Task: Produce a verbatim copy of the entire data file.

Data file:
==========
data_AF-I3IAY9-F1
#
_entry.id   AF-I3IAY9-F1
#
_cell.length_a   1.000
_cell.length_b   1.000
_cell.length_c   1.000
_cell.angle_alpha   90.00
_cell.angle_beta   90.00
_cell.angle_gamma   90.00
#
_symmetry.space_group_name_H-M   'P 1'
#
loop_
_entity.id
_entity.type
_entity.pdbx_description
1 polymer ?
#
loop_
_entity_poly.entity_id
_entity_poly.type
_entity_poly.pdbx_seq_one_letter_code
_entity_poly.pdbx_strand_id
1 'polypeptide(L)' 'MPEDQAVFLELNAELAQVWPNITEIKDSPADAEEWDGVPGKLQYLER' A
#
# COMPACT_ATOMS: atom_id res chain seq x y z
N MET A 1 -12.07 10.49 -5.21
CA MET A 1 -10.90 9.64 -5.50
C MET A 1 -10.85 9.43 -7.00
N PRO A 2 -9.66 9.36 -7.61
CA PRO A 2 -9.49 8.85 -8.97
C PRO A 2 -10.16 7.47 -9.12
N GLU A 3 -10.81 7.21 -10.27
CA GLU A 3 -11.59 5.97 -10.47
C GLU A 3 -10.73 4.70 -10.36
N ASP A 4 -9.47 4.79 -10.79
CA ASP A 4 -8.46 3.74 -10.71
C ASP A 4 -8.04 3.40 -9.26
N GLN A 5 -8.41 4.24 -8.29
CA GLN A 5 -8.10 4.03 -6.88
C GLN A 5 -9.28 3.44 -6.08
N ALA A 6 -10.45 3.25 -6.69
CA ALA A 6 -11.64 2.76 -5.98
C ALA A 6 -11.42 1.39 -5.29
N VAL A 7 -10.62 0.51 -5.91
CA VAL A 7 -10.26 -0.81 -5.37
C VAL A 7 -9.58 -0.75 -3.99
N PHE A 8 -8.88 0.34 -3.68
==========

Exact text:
data_AF-I3IAY9-F1
#
_entry.id   AF-I3IAY9-F1
#
_cell.length_a   1.000
_cell.length_b   1.000
_cell.length_c   1.000
_cell.angle_alpha   90.00
_cell.angle_beta   90.00
_cell.angle_gamma   90.00
#
_symmetry.space_group_name_H-M   'P 1'
#
loop_
_entity.id
_entity.type
_entity.pdbx_description
1 polymer ?
#
loop_
_entity_poly.entity_id
_entity_poly.type
_entity_poly.pdbx_seq_one_letter_code
_entity_poly.pdbx_strand_id
1 'polypeptide(L)' 'MPEDQAVFLELNAELAQVWPNITEIKDSPADAEEWDGVPGKLQYLER' A
#
# COMPACT_ATOMS: atom_id res chain seq x y z
N MET A 1 -12.07 10.49 -5.21
CA MET A 1 -10.90 9.64 -5.50
C MET A 1 -10.85 9.43 -7.00
N PRO A 2 -9.66 9.36 -7.61
CA PRO A 2 -9.49 8.85 -8.97
C PRO A 2 -10.16 7.47 -9.12
N GLU A 3 -10.81 7.21 -10.27
CA GLU A 3 -11.59 5.97 -10.47
C GLU A 3 -10.73 4.70 -10.36
N ASP A 4 -9.47 4.79 -10.79
CA ASP A 4 -8.46 3.74 -10.71
C ASP A 4 -8.04 3.40 -9.26
N GLN A 5 -8.41 4.24 -8.29
CA GLN A 5 -8.10 4.03 -6.88
C GLN A 5 -9.28 3.44 -6.08
N ALA A 6 -10.45 3.25 -6.69
CA ALA A 6 -11.64 2.76 -5.98
C ALA A 6 -11.42 1.39 -5.29
N VAL A 7 -10.62 0.51 -5.91
CA VAL A 7 -10.26 -0.81 -5.37
C VAL A 7 -9.58 -0.75 -3.99
N PHE A 8 -8.88 0.34 -3.68